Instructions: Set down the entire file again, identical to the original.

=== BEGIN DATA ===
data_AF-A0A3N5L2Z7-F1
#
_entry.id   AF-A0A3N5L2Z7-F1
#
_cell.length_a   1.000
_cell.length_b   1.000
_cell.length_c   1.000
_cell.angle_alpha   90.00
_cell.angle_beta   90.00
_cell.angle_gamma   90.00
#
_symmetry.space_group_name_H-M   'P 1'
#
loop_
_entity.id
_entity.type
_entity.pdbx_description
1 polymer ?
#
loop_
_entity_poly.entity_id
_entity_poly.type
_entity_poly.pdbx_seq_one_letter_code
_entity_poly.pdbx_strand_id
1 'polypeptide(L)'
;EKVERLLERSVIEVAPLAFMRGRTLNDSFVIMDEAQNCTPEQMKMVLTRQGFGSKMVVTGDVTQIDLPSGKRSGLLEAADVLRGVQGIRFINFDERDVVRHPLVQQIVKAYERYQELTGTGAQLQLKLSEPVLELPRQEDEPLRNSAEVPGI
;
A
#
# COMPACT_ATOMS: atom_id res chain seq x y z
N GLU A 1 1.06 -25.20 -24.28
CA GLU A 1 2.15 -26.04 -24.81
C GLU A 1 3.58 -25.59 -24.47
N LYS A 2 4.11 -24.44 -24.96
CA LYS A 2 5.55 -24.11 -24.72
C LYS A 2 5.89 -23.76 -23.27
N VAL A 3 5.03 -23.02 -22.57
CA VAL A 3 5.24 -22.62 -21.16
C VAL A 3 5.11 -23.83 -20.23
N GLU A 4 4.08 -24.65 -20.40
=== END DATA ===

data_AF-A0A3N5L2Z7-F1
#
_entry.id   AF-A0A3N5L2Z7-F1
#
_cell.length_a   1.000
_cell.length_b   1.000
_cell.length_c   1.000
_cell.angle_alpha   90.00
_cell.angle_beta   90.00
_cell.angle_gamma   90.00
#
_symmetry.space_group_name_H-M   'P 1'
#
loop_
_entity.id
_entity.type
_entity.pdbx_description
1 polymer ?
#
loop_
_entity_poly.entity_id
_entity_poly.type
_entity_poly.pdbx_seq_one_letter_code
_entity_poly.pdbx_strand_id
1 'polypeptide(L)'
;EKVERLLERSVIEVAPLAFMRGRTLNDSFVIMDEAQNCTPEQMKMVLTRQGFGSKMVVTGDVTQIDLPSGKRSGLLEAADVLRGVQGIRFINFDERDVVRHPLVQQIVKAYERYQELTGTGAQLQLKLSEPVLELPRQEDEPLRNSAEVPGI
;
A
#
# COMPACT_ATOMS: atom_id res chain seq x y z
N GLU A 1 1.06 -25.20 -24.28
CA GLU A 1 2.15 -26.04 -24.81
C GLU A 1 3.58 -25.59 -24.47
N LYS A 2 4.11 -24.44 -24.96
CA LYS A 2 5.55 -24.11 -24.72
C LYS A 2 5.89 -23.76 -23.27
N VAL A 3 5.03 -23.02 -22.57
CA VAL A 3 5.24 -22.62 -21.16
C VAL A 3 5.11 -23.83 -20.23
N GLU A 4 4.08 -24.65 -20.40